Published: January 15th 2015 by HachetteAU
Format: ARC, 272 pages
Genres: Fairytale Retelling, Fantasy
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Children can have a cruel, absolute sense of justice. Children can kill a monster and feel quite proud of themselves. A girl can look at her brother and believe they’re destined to be a knight and a bard who battle evil. She can believe she’s found the thing she’s been made for.
Hazel lives with her brother, Ben, in the strange town of Fairfold where humans and fae exist side by side. The faeries’ seemingly harmless magic attracts tourists, but Hazel knows how dangerous they can be, and she knows how to stop them. Or she did, once.
At the center of it all, there is a glass coffin in the woods. It rests right on the ground and in it sleeps a boy with horns on his head and ears as pointed as knives. Hazel and Ben were both in love with him as children. The boy has slept there for generations, never waking.
Until one day, he does…
As the world turns upside down, Hazel tries to remember her years pretending to be a knight. But swept up in new love, shifting loyalties, and the fresh sting of betrayal, will it be enough?
There are plenty of amazing books coming out this year, and I think this book should be on every one of those lists! The Darkest Part of the Forest is a wonderful fairytale retelling that will capture many hearts and imaginations.
This book is set in the small town of Fairfold. The locals there know about the Folk and how to keep them at bay. But the glass coffin in the middle of the forest attracts tourists and the Folk prey upon them. The locals think this is only fair because they have to leave offerings out for the faeries and put up with a changeling living among them. Hazel and Ben have lived their entire lives here (except for a brief stint in Philadelphia that no one likes to think about), and know how deceptively peaceful Fairfold is.
The dark, creepy, and magical atmosphere of the book is wonderfully created by the author. It’s conveyed though suspicions and secrets, whispered warnings and things unsaid. Although the ideas aren’t new – magical swords, princes, and bargains with the fey – what Holly Black does with them is amazing. I especially enjoyed the history of the sleeping prince and the part he played in the story (I can’t say more because of the spoilers, but it’s awesome, trust me!)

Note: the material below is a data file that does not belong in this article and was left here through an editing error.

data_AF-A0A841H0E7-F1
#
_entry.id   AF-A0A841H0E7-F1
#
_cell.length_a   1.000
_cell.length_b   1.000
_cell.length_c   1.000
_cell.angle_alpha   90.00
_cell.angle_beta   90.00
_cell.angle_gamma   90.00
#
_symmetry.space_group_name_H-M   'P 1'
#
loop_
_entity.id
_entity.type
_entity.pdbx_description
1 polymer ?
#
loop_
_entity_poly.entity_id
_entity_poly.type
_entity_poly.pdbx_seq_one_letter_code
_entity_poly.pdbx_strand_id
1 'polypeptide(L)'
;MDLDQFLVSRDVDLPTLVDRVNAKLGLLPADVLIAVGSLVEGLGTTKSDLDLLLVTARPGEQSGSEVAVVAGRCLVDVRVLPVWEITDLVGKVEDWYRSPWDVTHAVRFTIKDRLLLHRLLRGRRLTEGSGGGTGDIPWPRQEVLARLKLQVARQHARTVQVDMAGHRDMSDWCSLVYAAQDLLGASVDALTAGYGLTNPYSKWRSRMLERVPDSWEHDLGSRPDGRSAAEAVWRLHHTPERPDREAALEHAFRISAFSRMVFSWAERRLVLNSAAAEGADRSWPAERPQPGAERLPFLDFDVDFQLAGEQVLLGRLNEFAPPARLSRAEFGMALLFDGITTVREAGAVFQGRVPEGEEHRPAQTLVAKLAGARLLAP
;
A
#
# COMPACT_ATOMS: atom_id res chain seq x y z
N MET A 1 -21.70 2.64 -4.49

Hazel used to hunt down and kill dangerous faeries with her brother when they were both younger, but now they’ve grown up they have other things on their minds. Hazel is always up for an adventure, and always up for kissing boys. She uses these as distractions from the lies she’s told and the decisions she’s made. Hazel is fiercely loyal to her family and I loved how brave she is – she’s the knight in this fairytale and I think is an awesome role-reversal.
Possessed of the gift of music because of fairy magic, best friends with a changeling, and in love with a fairy prince, Ben has secrets and doubts of his own. I love the relationship he has with Hazel because I don’t get to see many positive sibling relationships in books. The Darkest Part of the Forest doesn’t have just one protagonist, it has two! Ben is just as important to the story as Hazel, and I really enjoyed adventuring with both.
The relationships in this book, whether between siblings, parents and children, best friends, or those just starting to fall in love, are amazing. Holly Black does a wonderful job of exploring all the bonds that people have with each other and she’s cemented her place as one of the best writers I’ve ever read.
The Darkest Part of the Forest is a creative and deliciously dark novel that will please many audiences. I loved every page of it and can’t wait to rush out and grab myself a finished copy. Fans of Holly Black won’t want to miss this amazing stand-alone adventure, and those new to her works would be doing themselves a favour if they ran out and picked this up on release day.